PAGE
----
Politics & Policy

Getting It Right

Watergate's lessons for a media lacking credibility.

The opening of the Watergate papers at the University of Texas at Austin last week provided more than just another opportunity to speculate on the identity of Deep Throat. The reporting on Watergate was journalism at its best. Following a year in which Dan Rather, one of the icons of Watergate, tried to cover up the use of forged documents in a news story (Peggy Noonan reflects on this irony here), it might be useful to take this moment to ask ourselves how journalists can do better.

For former New York Times columnist Anthony Lewis, the answer is simple. Speaking at a symposium at UT to celebrate the opening of the Watergate Archive, Lewis blamed the press for failing to bring down a president who in Lewis’s opinion is so corrupt he makes Richard Nixon “look like an amateur when it comes to arrogating government power.” Lewis ranted about the many supposed crimes of the Bush administration for about five minutes, concluding that the press had failed to hold Bush accountable for all these crimes. Sadly, he got the loudest applause of any single panelist, including Woodward and Bernstein, but later–through divine intervention–his microphone malfunctioned and cut off another laundry list of grievances.

For Lewis it’s simple: Today’s reporters are not bringing down this president, the one Lewis finds so detestable. Today’s reporters do not agree with Lewis that “something is wrong.” But listening to the comments of Woodward and Bernstein this week, and reflecting on the nature of their investigation into Watergate, might lead one to a different diagnosis of the problem.

In an interview with Woodward last week, I asked him about the media’s credibility crisis, and what could individual reporters and editors do to improve things. “Just be more careful, more thorough,” he said. “Try not to do these hurry-up stories under a lot of pressure.” He said that most of the time, the premium on getting information out fast was causing journalists to sacrifice the quality of the information.

Bernstein echoed his former partner’s criticisms in an interview with Houston Chronicle, claiming that “speed often substitutes for accuracy” in today’s media environment. He said that the benefits from the technology and information available to today’s journalists had been offset by the competitive pressures that drive the 24-hour news cycle.

Last week, the Washington Post itself provided evidence to back up this contention. The Post’s economic writer, Jonathan Weisman, made an embarrassing mistake when he went to press with details of President Bush’s Social Security plan that turned out to be inaccurate. The story claimed that under the president’s plan, a worker would have to return the money in his personal account to the government, keeping only the interest. This idea naturally horrified conservatives, for whom ownership of the account is the principal reason for Social Security reform. Weisman posted a corrected version of the story hours later, after the White House issued a press release debunking the whole thing.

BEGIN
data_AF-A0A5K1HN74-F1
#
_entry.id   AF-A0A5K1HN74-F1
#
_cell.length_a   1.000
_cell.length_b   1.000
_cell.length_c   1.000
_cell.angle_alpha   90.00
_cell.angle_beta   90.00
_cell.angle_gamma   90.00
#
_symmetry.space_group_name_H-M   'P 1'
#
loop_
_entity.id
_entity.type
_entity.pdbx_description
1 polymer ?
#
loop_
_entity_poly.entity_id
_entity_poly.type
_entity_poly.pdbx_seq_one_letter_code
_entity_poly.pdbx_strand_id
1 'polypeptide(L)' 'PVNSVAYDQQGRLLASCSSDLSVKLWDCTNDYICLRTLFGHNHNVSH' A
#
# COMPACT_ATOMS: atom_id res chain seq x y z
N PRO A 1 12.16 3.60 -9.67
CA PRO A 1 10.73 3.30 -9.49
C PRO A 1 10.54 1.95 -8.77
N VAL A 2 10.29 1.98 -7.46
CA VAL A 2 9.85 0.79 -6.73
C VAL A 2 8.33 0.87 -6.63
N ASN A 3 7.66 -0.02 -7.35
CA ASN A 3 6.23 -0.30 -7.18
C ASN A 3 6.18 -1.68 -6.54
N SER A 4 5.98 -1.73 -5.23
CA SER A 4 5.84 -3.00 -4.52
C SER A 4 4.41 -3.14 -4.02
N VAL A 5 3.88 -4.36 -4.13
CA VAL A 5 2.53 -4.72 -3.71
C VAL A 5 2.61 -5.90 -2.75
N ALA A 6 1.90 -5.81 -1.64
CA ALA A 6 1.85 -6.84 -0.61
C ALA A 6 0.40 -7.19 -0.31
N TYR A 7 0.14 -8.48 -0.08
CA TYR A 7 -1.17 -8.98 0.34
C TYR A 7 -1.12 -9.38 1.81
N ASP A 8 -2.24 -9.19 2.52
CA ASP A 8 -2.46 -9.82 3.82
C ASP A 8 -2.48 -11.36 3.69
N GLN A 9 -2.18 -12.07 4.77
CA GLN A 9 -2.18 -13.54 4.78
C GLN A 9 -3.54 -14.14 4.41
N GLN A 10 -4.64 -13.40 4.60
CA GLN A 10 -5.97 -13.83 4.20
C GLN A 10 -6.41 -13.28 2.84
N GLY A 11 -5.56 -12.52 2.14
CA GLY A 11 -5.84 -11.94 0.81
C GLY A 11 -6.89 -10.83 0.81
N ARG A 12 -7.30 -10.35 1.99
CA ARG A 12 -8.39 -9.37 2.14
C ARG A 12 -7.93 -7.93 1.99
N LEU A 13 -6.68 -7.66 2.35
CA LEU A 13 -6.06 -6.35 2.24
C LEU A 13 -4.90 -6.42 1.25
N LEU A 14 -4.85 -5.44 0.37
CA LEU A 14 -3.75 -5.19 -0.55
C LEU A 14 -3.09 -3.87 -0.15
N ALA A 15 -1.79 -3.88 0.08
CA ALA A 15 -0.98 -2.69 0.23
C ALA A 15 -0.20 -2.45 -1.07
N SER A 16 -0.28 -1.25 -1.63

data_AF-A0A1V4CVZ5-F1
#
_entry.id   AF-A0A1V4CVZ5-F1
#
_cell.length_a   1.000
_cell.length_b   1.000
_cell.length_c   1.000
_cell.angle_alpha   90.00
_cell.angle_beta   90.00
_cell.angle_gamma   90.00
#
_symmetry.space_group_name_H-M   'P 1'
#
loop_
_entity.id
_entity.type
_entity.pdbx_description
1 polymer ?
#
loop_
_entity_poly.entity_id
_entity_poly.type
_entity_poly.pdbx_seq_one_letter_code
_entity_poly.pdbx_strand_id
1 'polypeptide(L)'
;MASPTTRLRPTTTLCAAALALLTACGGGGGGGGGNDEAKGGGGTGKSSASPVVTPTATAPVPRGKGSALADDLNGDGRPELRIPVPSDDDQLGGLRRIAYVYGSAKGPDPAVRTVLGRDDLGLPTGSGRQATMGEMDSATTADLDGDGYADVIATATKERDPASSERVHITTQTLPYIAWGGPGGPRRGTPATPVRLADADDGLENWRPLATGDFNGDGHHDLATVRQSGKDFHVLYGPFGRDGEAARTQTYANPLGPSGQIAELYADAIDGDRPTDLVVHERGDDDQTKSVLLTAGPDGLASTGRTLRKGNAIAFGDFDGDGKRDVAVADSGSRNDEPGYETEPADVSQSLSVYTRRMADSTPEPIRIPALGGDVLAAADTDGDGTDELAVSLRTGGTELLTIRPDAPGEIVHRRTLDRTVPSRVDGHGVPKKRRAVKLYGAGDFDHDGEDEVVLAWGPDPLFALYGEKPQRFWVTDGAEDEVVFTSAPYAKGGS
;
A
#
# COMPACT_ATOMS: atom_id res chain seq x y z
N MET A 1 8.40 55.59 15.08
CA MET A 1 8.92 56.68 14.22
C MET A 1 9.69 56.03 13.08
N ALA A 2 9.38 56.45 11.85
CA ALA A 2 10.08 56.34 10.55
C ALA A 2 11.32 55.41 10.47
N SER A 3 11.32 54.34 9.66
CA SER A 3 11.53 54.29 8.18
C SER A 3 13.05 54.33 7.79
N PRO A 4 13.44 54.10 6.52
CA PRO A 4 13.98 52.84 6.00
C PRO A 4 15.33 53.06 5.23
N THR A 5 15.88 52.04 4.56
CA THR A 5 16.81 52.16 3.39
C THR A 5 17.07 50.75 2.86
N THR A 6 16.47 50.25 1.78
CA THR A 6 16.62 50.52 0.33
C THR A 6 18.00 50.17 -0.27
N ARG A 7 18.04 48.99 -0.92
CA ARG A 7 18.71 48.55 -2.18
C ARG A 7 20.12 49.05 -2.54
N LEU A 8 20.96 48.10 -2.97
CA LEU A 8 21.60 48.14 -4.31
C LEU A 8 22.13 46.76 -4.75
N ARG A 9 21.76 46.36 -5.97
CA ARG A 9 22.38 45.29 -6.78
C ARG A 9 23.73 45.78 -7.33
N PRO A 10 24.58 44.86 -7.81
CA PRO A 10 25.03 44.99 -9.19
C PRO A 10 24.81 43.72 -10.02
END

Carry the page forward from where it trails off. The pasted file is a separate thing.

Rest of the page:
Donald Luskin rightly excoriated Weisman for getting such a major detail wrong, attributing the error to Weisman’s eagerness to “quote conservatives criticizing Bush.” However, Weisman’s history with fellow liberals suggests that other factors might also be at work.

In February of 2004, left-wing blogger Brad DeLong accused Weisman, Mike Allen, and Fred Barbash of essentially rewriting a Bush press release in one of their articles on the budget. Weisman fired back, cc’ing DeLong on an e-mail to a colleague that read: “The first piece put on the web is slapped together as quickly as possible,” and indicating that he had written a more in-depth story that had gone online later.

It is a pattern that, exactly one year later, appears to have recurred in Weisman’s treatment of the president’s Social Security plan. An article published last August in the Columbia Journalism Review criticized reporters for this pattern of publishing spin as fact. Now that Bush has won the election, however, the White House is getting all the blame for the sorry state of political coverage. The American Journalism Review has just indicted the administration for being obsessively secretive, and Jack Shafer at Slate compared Bush’s communications strategy to Kim Jong-Il’s brainwashing machine.

While it’s true that the Bush White House is more tight-lipped than its predecessors, the opening of the Watergate papers should help us keep perspective: No president hated the press more than Nixon.

In our interview, Woodward said, “I don’t know anyone who sat down with Nixon during his first term for four hours and asked him the questions I asked about Bush’s response to 9/11 and the Afghanistan war. We spent hours doing that. Nixon never did anything comparable.”

Despite the fact that Nixon was a hostile and paranoid president who used all his powers to intimidate the media, two reporters were able to uncover the corruption that surrounded him. However, it took them two years of patient reporting to chase the story and, as Bernstein said Friday, to get “the best obtainable version of the truth.” If today’s media weren’t so obsessed with reporting the story fast, they may get better at reporting the story right.

Stephen Spruiell is the editor of the LBJ Journal Online at the LBJ School of Public Affairs, University of Texas at Austin.


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